Overall, Mahathir has been disappointing in his handling of Najib, which has only in reality showed up his impotence in standing up to his old protégé. He has failed to show the strength he once had as a leader and politician.

Muhyiddin and Tunku Razaleigh have primarily been on the side-lines, unwilling to take any lead.

Najib’s best action would be to go for an immediate snap election after the budget and catch the opposition ‘off guard’, and weaken them further. By placing his people in winnable seats, Najib could further his strength within UMNO and government, and even weaken the Mahathir forces mortally.

The recent poll stating the unpopularity of UMNO and its leader with the Malay electorate was urban biased, thus such a result would be expected. The general election is won or lost in the heartland, not the urban areas, so UMNO can still win.

However, there would be very little incentive to do this as parliament still has two years to run until an election is needed. Nevertheless, it could be tempting to wipe out PKR, PAS, and Harapan Baru all at once, as PAS is likely to stand candidates against PKR and DAP leading to three-cornered contests. The opposition also has a major credibility gap with the Malaysian public.

A new parliament after an election would most probably be dominated by UMNO and DAP, which is set to make massive gains.

Najib’s best and only option open to him at the moment is to stay in power to protect himself, and the interests of his family’s businesses, controlled by his brothers Nazir, Ahmad Johari, Mohamed Nizam, and Mohamed Nazin Razak. These business interests include a number of high profile corporate assets, entangled with a number of close associates including Tan Kay Hock, Shahril Shamsuddin, Mohamed Azman Yahya, Rohana Mahmood, Azman Mokhtar, Mohd. Nadzmi Mohd. Salleh, and others, who could stand to lose many of their assets should Najib no longer be prime minister.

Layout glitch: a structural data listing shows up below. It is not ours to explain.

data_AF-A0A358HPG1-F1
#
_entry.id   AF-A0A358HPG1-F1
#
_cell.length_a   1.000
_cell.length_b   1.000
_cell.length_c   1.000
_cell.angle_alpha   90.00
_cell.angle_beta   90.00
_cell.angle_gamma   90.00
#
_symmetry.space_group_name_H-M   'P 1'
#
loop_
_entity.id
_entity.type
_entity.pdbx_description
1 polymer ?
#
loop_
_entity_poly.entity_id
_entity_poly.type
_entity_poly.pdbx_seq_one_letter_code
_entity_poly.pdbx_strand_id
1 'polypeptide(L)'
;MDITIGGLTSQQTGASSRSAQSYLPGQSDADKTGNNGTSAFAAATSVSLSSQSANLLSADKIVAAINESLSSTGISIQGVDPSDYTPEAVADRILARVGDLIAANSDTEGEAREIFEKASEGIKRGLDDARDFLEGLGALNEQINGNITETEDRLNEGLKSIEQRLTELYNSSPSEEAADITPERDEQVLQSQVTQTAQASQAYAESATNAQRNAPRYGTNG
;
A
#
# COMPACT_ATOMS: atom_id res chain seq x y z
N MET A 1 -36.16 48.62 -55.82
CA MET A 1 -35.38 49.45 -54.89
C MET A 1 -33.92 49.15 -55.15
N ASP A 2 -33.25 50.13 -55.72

Najib seems very hesitant to go the election track and may rely on police repression to maintain his grip on power for the time being. Najib’s new DPM Zaid is like a ‘pitball’ and his new political secretary Muhd Khairun Aseh Che Mat has shown himself to be a ruthless political operator. Attacks on dissenters and the arrests of those trying to expose Najib, like Khairuddin and Matthius Chang under the anti-terror SOSMA laws, shows what Malaysia may be install for in the near future.

This would leave the leadership crisis in stalemate, where Najib can choose his own time to step down, while the economy continues to deteriorate into the foreseeable future.

To this point in time, primarily due to the lack of incentive to unite, Najib’s detractors are powerless to make any decisive constitutional moves against him.

No one is able to convince to UMNO/BN politicians, except for the Najib forces, who are keeping a tight rein on them. So any move by former senior UMNO leaders to push for an interim government through the parliament and constitution is not a possibility.

Najib, who was once Dr. Mahathir’s protégé has proven himself to be more skilful and cunning than the master.

Yet the biggest tragedy for Malaysia is that the Najib regime has no vision for Malaysia, and thus the longer he stays, the more damage that will be done.

There is also little hope in any post-Najib era as well. The opposition is only coming out with ad hoc policy measures, which may even make worse some of the problems, and the Mahathir forces are totally silent about what they would do.

Innovator and entrepreneur. Notable author, thinker and prof. Hat Yai University, Thailand Contact: murrayhunter58(at)gmail.com